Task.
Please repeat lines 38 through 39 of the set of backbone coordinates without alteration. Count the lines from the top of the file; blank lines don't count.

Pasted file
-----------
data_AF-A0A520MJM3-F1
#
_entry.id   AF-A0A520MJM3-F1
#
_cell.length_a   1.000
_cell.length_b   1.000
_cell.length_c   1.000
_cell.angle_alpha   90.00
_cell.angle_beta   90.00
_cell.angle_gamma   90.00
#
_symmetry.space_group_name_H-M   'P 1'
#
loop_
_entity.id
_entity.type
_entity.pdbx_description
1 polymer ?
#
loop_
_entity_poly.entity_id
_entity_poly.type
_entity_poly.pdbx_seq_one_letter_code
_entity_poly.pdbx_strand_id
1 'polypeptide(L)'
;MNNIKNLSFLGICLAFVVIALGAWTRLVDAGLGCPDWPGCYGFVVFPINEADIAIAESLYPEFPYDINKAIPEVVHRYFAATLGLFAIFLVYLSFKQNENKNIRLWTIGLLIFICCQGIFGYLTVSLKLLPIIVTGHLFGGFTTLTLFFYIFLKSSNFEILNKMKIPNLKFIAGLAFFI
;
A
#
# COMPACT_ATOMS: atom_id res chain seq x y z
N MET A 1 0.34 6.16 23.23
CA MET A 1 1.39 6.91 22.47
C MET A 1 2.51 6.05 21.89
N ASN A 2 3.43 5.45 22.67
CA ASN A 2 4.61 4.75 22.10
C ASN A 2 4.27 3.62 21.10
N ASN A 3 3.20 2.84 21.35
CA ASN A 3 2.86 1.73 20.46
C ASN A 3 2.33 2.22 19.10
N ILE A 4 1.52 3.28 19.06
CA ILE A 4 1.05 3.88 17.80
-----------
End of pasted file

CA ASN A 3 2.86 1.73 20.46
C ASN A 3 2.33 2.22 19.10